United States District Court, W.D. Tennessee, Western Division
ORDER ADOPTING REPORT AND RECOMMENDATION FOR SUA
S. NORRIS UNITED STATES DISTRICT JUDGE
the Court is the Magistrate Judge's Report and
Recommendation for Sua Sponte Dismissal submitted
November 22, 2019 (“Report”). (ECF No. 7.) The
Report recommends that Plaintiff's pro se
Complaint alleging violations of Title VII of the Civil
Rights Act of 1964 (EFC No. 1) (“Complaint”) be
dismissed sua sponte pursuant to 28 U.S.C. §
1915(e)(2). (ECF No. 7 at PageID 21.) On December 12, 2019,
Plaintiff filed an objection to the Report. (ECF No. 8.) For
the reasons set forth below, the Court ADOPTS the Report, and
Plaintiff's Complaint is DISMISSED WITH PREJUDICE.
enacted 28 U.S.C. § 636 to relieve the burden on the
federal judiciary by permitting the assignment of district
court duties to magistrate judges. See United States v.
Curtis, 237 F.3d 598, 602 (6th Cir. 2001) (citing
Gomez v. United States, 490 U.S. 858, 869-70
(1989)); see also Baker v. Peterson, 67 Fed.Appx.
308, 310 (6th Cir. 2003). For dispositive matters,
“[t]he district judge must determine de novo
any part of the magistrate judge's disposition that has
been properly objected to.” See Fed. R. Civ.
P. 72(b)(3); 28 U.S.C. §636(b)(1). After reviewing the
evidence, the court is free to accept, reject, or modify the
magistrate judge's proposed findings or recommendations.
28 U.S.C. § 636(b)(1). The district court is not
required to review-under a de novo or any other
standard-those aspects of the report and recommendation to
which no objection is made. See Thomas v. Arn, 474
U.S. 140, 150 (1985). The district court should adopt the
magistrate judge's findings and rulings to which no
specific objection is filed. See Id. at 151.
to any part of a Magistrate Judge's disposition
“must be clear enough to enable the district court to
discern those issues that are dispositive and
contentious.” Miller v. Currie, 50 F.3d 373,
380 (6th Cir. 1995); see also Arn, 474 U.S. at 147
(stating that the purpose of the rule is to “focus
attention on those issues . . . that are at the heart of the
parties' dispute.”). Each objection to the
Magistrate Judge's recommendation should include how the
analysis is wrong, why it was wrong and how de novo
review will obtain a different result on that particular
issue. Howard v. Sec'y of Health & Human
Servs., 932 F.2d 505, 509 (6th Cir. 1991).
to identify specific concerns with a magistrate judge's
report results in treatment of a party's objections as a
general objection to the entire magistrate judge's
report. A general objection is considered the equivalent of
failing to object entirely.” McCready v.
Kamminga, 113 Fed.Appx. 47, 49 (6th Cir. 2004) (citing
Howard, 932 F.2d at. 509). “[T]he district
court need not provide de novo review where the
objections are ‘[f]rivolous, conclusive or
general.'” Mira v. Marshall, 806 F.2d 636,
637 (6th Cir. 1986) (quoting Nettles v. Wainwright,
677 F.2d 404, 410 n. 8 (5th Cir. 1982)).
initial matter, Plaintiff filed his objection to the Report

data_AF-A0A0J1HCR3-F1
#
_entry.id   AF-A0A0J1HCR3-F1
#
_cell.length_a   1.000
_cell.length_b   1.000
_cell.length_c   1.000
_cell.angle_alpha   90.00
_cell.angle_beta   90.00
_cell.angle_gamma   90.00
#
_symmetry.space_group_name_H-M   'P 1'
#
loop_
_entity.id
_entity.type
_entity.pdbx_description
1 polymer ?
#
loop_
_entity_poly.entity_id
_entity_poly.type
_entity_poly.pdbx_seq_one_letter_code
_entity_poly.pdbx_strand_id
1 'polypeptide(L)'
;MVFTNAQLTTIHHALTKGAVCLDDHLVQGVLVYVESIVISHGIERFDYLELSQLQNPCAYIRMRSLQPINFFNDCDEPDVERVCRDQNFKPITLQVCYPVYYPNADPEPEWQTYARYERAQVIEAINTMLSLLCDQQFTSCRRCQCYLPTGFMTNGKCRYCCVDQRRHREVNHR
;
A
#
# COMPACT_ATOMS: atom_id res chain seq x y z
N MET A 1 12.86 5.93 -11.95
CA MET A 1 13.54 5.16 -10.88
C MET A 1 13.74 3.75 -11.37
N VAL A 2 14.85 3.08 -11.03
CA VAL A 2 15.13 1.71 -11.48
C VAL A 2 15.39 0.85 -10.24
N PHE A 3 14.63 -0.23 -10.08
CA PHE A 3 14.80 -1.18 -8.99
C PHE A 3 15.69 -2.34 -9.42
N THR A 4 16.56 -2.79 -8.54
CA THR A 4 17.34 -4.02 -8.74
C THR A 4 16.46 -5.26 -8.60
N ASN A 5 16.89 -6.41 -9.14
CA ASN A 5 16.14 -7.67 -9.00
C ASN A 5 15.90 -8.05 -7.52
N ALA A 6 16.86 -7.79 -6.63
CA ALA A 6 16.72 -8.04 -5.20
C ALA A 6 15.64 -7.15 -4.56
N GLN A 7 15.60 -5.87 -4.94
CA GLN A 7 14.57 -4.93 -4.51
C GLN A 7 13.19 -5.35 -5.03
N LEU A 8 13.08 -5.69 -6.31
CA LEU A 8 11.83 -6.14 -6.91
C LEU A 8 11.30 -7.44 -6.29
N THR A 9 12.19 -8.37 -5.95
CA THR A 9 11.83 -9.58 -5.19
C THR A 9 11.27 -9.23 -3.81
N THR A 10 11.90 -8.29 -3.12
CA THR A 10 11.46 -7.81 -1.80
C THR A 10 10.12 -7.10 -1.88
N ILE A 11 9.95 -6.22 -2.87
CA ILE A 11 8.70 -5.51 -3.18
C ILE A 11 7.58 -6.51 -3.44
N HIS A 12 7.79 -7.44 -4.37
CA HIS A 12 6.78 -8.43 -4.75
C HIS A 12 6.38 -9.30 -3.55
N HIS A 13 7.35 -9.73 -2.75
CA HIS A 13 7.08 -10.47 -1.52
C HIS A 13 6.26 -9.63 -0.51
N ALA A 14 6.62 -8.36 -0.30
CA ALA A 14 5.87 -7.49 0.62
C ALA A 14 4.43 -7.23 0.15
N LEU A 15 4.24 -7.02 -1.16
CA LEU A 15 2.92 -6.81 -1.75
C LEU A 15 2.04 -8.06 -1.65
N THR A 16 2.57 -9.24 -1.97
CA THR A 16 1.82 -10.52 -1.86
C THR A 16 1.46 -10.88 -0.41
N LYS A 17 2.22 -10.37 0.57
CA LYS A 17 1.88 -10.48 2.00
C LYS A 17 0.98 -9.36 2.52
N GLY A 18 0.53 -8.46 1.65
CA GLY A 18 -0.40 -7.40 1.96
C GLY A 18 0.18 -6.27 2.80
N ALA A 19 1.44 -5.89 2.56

three days after the deadline to object had past.
See 28 U.S.C. § 636(b)(1)(C). Notwithstanding
the untimely filing of Plaintiff's objection, and
considering Plaintiff's pro se status, the Court
elects to address the substance of Plaintiff's objections
to the Report. See Hunger v. Leininger, 15 F.3d 664,
668 (7th Cir. 1994) (permitting a district court judge to
decline review of late-filed objections only if the filing is
“egregiously late” and causes
“prejudice” to the parties).
Plaintiff's objection document makes no specific
objections to the Magistrate Judges's findings of fact
and law and thus must be construed as a general objection to
the Report. As stated above, general objections are not
sufficient and result in waiver of further review.
Moore's objection document does not explain how the
Report's analysis is wrong, why it was wrong, or how
de novo review would result in a different
conclusion. Instead, Moore alleges additional facts in his
objection document in an attempt to remedy the pleading
deficiencies pointed out in the Report. (ECF No. 8 at PageID
33-34.) Plaintiff's objection thus is not sufficiently
specific to require de novo review.
the gist of Plaintiff's objection document attempts to
amend his original Complaint, the Court also considers
Plaintiff's objection as a motion to amend under Rule 15
of the Federal Rules of Civil Procedure. The Court finds
Plaintiff's motion to amend is not well-taken because
Plaintiff's deadline to amend as a matter of course has
expired, Fed.R.Civ.P. 15(a)(1), and Plaintiff has not
obtained either consent from Defendant nor leave from the
Court to file an amended pleading. Fed.R.Civ.P. 15(a)(2).
Additionally, a plaintiff proceeding in forma
pauperis may not amend his pleadings to escape sua
sponte dismissal under 28 U.S.C. § 1915(e)(2).
Zindler v. Rogers, 477 Fed.Appx. 381, 382 (6th Cir.
2012) (citing Benson v. O'Brian, 179 F.3d 1014,
1016 (6th Cir. 1999). Plaintiff's motion to amend must
therefore be DENIED.
Plaintiff has no substantive objection to the Report, the
Court finds the Magistrate Judge's recommendations should
be accepted. In addition, the Court has reviewed the Report
for clear error and finds none.
the Court ADOPTS the Report (ECF No. 7) and DISMISSES this
action WITH PREJUDICE under 28 U.S.C. §